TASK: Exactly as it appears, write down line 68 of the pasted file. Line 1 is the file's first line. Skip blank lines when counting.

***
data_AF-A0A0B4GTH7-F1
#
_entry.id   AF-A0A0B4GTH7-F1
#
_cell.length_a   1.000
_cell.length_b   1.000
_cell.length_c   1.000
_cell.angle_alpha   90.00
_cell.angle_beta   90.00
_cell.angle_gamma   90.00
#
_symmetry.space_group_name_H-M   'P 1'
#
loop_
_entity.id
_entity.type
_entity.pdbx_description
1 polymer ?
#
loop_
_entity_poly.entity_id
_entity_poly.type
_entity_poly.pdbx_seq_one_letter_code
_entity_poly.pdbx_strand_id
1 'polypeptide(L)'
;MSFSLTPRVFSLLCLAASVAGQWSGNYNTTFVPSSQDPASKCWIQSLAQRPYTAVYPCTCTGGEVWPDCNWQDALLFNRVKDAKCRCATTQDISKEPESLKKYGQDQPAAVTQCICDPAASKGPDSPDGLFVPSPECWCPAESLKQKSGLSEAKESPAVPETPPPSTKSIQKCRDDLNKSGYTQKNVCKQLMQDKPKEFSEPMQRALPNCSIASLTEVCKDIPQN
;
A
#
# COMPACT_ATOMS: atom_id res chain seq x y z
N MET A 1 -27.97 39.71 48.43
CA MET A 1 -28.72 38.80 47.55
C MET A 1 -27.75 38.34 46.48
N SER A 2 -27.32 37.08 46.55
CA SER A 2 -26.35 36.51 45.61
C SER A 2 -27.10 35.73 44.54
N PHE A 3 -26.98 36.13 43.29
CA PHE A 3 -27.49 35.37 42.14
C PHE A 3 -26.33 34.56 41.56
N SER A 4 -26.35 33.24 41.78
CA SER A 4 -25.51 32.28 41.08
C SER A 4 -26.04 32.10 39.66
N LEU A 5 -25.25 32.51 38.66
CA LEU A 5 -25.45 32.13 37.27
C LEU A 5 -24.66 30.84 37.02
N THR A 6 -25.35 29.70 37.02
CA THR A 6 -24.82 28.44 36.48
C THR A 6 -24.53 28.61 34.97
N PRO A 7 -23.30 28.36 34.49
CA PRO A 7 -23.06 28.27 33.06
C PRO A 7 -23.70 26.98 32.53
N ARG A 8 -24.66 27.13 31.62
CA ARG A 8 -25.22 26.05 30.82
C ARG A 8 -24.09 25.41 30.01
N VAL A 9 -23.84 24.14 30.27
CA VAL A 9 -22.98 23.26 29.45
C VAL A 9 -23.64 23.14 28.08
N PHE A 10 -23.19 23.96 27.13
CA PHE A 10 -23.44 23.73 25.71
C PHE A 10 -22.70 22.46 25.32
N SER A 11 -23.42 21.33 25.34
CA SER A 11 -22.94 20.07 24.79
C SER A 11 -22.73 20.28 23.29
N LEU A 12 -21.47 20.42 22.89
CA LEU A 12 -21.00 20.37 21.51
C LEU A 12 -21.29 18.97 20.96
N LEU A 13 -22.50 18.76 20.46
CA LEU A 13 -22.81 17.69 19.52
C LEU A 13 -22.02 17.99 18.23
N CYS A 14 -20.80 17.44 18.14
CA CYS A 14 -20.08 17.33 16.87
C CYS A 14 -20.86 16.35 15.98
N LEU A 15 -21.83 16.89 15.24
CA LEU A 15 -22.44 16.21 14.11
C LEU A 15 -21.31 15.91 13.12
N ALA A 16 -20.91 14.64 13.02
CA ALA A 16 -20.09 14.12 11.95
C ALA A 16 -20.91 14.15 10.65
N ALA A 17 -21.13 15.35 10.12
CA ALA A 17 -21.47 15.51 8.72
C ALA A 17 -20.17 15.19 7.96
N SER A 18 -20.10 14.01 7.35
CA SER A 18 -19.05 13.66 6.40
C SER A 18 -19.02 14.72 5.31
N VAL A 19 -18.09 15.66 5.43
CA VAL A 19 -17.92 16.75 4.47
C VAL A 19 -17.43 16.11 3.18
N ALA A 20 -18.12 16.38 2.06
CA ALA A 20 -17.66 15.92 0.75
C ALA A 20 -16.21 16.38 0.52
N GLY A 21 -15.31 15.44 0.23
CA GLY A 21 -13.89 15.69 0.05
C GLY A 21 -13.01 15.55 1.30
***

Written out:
CA LEU A 13 -22.81 17.69 19.52